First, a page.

Cloud Seeding Facts
Several people in the past and present have tried various methods to create rain but were it luck or a true scientific discovery?
There has been public interest in making rain, especially in the farming community where water shortages bring economic disaster. Stories of rainmaking have been met with skepticism but the U.S. Congress was interested in determining if they were true or false.
Rainmaker Brigadier General Robert Dyrenforth
In the late 19th century, the U.S. Congress hired retired Brigadier General Robert Dyrenforth to conduct experiments in Texas. He believed that rain could be created by firing cannons and launching balloons that were loaded with explosives. His methods were not able to create rain and the results were disastrous because he caused several fires. His failure at making rain gave him the nickname of “Dry-Henceforth.”
Rainmaker Charles M. Hatfield
Hatfield offered his services in the early 1900s to drought-ridden communities. He gave himself the names of “Wizard of the Weather” and the “Robin Hood of the Clouds.” Hatfield developed a secret formula, he called a “moisture accelerator” and he convinced his clients that he released this chemical from towers that he supposedly built. In turn, the chemical would create moisture in the air and build up rain clouds.
In actuality, Hatfield was an amateur meteorologist and studied the weather records to determine the best times of the year that rain would likely develop. If there was no rain in the long-term weather forecast, Hatfield would stall his customers by saying it takes a lot of time to attract rain from the atmosphere. When the weather changed and brought rain, his rainmaking was considered a success.
Hatfield’s downfall occurred in 1916 when he offered his services to the city of San Diego, which was experiencing a severe drought. He supposedly released his moisture accelerator chemical in an undisclosed location out of the city. In January 1916, the weather changed and the city was hit with heavy rains. It was triple the average rainfall and it caused widespread flooding.
The city of San Diego blamed Hatfield for this disastrous flood and demanded that he be held liable or he wouldn’t be paid the $10,000 fee he charged. Hatfield would not accept responsibility for this incident and didn’t get paid. This incident tarnished his reputation and he went out of business.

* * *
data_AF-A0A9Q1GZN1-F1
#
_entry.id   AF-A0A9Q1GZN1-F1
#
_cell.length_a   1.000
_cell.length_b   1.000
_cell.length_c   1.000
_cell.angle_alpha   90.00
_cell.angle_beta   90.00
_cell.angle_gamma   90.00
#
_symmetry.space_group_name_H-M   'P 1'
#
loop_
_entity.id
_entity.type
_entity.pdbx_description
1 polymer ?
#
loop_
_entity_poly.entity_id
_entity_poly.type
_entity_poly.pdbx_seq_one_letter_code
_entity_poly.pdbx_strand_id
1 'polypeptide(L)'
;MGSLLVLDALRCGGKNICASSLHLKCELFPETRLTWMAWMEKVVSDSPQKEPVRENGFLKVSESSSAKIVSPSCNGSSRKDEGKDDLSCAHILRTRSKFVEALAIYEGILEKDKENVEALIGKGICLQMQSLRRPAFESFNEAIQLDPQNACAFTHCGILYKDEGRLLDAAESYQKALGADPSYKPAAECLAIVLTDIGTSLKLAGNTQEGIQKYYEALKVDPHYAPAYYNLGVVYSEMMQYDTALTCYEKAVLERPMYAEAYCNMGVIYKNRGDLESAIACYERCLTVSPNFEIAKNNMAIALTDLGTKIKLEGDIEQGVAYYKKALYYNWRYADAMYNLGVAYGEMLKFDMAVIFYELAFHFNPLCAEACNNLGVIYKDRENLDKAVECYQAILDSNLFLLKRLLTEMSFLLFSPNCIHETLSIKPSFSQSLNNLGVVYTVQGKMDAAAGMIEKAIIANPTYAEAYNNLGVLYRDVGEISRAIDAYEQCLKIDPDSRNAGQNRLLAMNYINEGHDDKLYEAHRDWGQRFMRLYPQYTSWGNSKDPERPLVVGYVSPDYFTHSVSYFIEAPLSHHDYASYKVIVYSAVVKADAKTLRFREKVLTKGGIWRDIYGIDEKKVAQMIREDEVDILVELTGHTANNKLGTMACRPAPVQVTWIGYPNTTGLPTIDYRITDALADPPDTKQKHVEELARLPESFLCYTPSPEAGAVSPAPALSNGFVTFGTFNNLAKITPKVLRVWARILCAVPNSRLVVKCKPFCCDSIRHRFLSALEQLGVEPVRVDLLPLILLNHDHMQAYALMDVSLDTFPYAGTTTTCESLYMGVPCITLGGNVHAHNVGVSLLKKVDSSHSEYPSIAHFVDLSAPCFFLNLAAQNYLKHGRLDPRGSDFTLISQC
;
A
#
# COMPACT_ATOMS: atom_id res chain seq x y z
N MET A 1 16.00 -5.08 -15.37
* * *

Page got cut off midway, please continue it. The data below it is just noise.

Rainmaking in the Mid-Twentieth Century
The interest in making rain continued, especially in the U.S. were drought conditions in the Great Plains caused the Black Sunday Dust Storm on April 14, 1935. Scientists theorized that rain could be made if an airplane flew over cumulus clouds and sprayed powdered dry ice or carbon dioxide or silver iodide. They also performed tests by having rockets release chemicals in the clouds.
This method, known as cloud seeding, was based on the principle that these substances would attract the moisture within the clouds and form droplets. In turn, they would fall in the form of rain as they got heavy.
Rainmaking in Modern Times
As technology gets more sophisticated, so do the attempts to make rain. The latest trials have involved lasers, whereby the beam of light extracts water from the air. In turn, the water forms droplets around the nuclei of the laser.
Another test is making rain through ionization. This is achieved by building a network of towers, which charge the air with electricity. The ionized air is used to seed the clouds.
Have people been able to successfully make rain?
Not according to Don Lipman of the Washington Post. “With the exception of certain localized types of weather modification, such as hail suppression, rainmaking (or rain prevention), it seems, still has a long way to go before becoming a reliable, controllable, and scientifically sound large-scale weather changer.”
- Can People Really Make Rain? Big Site of Amazing Facts.
- Lipman, Don. The Rainmakers: Did they make it rain? Can they? Washington Post. Capital Weather Gang. July 8, 2010.
- Dickinson, Boonsri. How to create rain clouds with lasers. Smartplanet.com. May 5, 2010.